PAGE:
In rejecting Zarif’s resignation, Rouhani pointed to a statement by the supreme leader that described Zarif as a reliable figure on the front lines of opposition to American pressure and Western influence. Insofar as this affirms dominance over foreign policy matters by Khamenei and other hardline officials, it can be assumed to bode ill for the prospects of Iranian compliance with FATF requirements and other internationally agreed upon standards of behavior.

This conclusion was arguably strengthened on Tuesday when the National Council of Resistance of Iran pointed to some of the latest moves against FATF legislation by supporters and allies of the supreme leader. State-affiliated media outlets have reportedly seized upon Khamenei’s previous statements, namely a speech titled “Don’t waste your time with Europe” in order to poison the well in discussions over the FATF and the failure of recent legislative efforts.

As well as publishing and airing the speech in its entirety, these outlets have also commented upon it by rejecting the Rouhani government’s prior efforts to pursue a foreign policy based on negotiation, as in the case of the nuclear deal. According to Kayhan newspaper, for instance, this created a situation in which the economic welfare of the nation is now being improperly linked to FATF compliance, which Khamenei and other leading authorities nevertheless continue to reject.

It is generally understood that the Iranian government is struggling to achieve FATF compliance because hardline authorities expect it to have a strongly adverse impact on the regime’s support for a number of militant proxies in the surrounding region, most notably Lebanon’s Hezbollah. As to why that opposition would persist even in the face of specific threats of further isolation and the potential for economic collapse, the Fair Observer offered a significant clue on Tuesday.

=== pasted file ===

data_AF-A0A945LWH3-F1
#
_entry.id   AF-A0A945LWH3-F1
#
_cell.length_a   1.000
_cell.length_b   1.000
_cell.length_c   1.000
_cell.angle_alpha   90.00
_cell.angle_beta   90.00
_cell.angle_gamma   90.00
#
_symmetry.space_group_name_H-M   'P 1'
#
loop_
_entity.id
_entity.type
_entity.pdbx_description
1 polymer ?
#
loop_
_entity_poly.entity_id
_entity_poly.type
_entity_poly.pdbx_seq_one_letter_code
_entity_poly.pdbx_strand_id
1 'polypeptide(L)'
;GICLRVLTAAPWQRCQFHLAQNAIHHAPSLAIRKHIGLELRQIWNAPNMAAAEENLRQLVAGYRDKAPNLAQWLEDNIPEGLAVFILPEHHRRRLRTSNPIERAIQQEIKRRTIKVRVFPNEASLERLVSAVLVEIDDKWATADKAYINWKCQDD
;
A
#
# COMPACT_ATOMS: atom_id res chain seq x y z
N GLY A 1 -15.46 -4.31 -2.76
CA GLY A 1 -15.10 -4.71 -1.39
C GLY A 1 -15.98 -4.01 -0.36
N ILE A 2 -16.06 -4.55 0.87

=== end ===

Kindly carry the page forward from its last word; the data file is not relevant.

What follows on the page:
The relevant report pointed to comments made last week by Musa Ghazanfarabadi, the head of Tehran’s revolutionary court, in which he named a number of regional militant groups that are part of Iran’s “axis of resistance” and would step in to play a role in Iran’s domestic affairs “if internal forces fail to protect the regime.”

The Fair Observer explained that this statement, which has since been tacitly embraced by other regime officials, effectively acknowledges Tehran’s fear of defections by Iranian security forces in the event of open revolt against the theocratic system. What’s more, some observers consider such revolt to be potentially imminent, given the rapid spread of anti-government protests at the end of 2017 and the beginning of 2018, which gave rise to calls from regime change in as many as 140 Iranian cities and towns.

With related protests still breaking out sporadically around the country, amplified by a deteriorating economic situation, it appears as if hardline officials have begun to regard FATF compliance as not only an undesirable compromise but also as the potential sacrifice of their last line of defense in the face of domestic challenges to the theocratic system.